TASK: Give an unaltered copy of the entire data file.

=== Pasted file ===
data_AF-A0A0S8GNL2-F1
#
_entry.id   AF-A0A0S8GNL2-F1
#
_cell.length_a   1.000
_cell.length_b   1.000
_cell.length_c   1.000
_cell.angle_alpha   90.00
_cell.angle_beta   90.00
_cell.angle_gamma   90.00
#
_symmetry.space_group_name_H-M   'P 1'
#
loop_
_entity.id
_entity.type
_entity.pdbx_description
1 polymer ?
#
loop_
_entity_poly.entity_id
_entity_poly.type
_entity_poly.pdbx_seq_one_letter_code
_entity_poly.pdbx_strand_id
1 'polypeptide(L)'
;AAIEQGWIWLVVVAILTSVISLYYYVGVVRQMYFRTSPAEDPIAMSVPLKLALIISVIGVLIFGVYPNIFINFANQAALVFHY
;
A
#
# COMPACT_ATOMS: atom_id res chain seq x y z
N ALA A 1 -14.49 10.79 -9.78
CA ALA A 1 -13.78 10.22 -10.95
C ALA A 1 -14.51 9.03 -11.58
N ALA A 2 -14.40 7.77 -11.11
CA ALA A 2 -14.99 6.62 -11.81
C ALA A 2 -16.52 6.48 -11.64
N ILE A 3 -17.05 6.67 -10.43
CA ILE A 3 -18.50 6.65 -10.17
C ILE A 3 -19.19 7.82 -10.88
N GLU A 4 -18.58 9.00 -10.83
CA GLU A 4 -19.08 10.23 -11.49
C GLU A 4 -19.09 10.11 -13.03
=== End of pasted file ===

data_AF-A0A0S8GNL2-F1
#
_entry.id   AF-A0A0S8GNL2-F1
#
_cell.length_a   1.000
_cell.length_b   1.000
_cell.length_c   1.000
_cell.angle_alpha   90.00
_cell.angle_beta   90.00
_cell.angle_gamma   90.00
#
_symmetry.space_group_name_H-M   'P 1'
#
loop_
_entity.id
_entity.type
_entity.pdbx_description
1 polymer ?
#
loop_
_entity_poly.entity_id
_entity_poly.type
_entity_poly.pdbx_seq_one_letter_code
_entity_poly.pdbx_strand_id
1 'polypeptide(L)'
;AAIEQGWIWLVVVAILTSVISLYYYVGVVRQMYFRTSPAEDPIAMSVPLKLALIISVIGVLIFGVYPNIFINFANQAALVFHY
;
A
#
# COMPACT_ATOMS: atom_id res chain seq x y z
N ALA A 1 -14.49 10.79 -9.78
CA ALA A 1 -13.78 10.22 -10.95
C ALA A 1 -14.51 9.03 -11.58
N ALA A 2 -14.40 7.77 -11.11
CA ALA A 2 -14.99 6.62 -11.81
C ALA A 2 -16.52 6.48 -11.64
N ILE A 3 -17.05 6.67 -10.43
CA ILE A 3 -18.50 6.65 -10.17
C ILE A 3 -19.19 7.82 -10.88
N GLU A 4 -18.58 9.00 -10.83
CA GLU A 4 -19.08 10.23 -11.49
C GLU A 4 -19.09 10.11 -13.03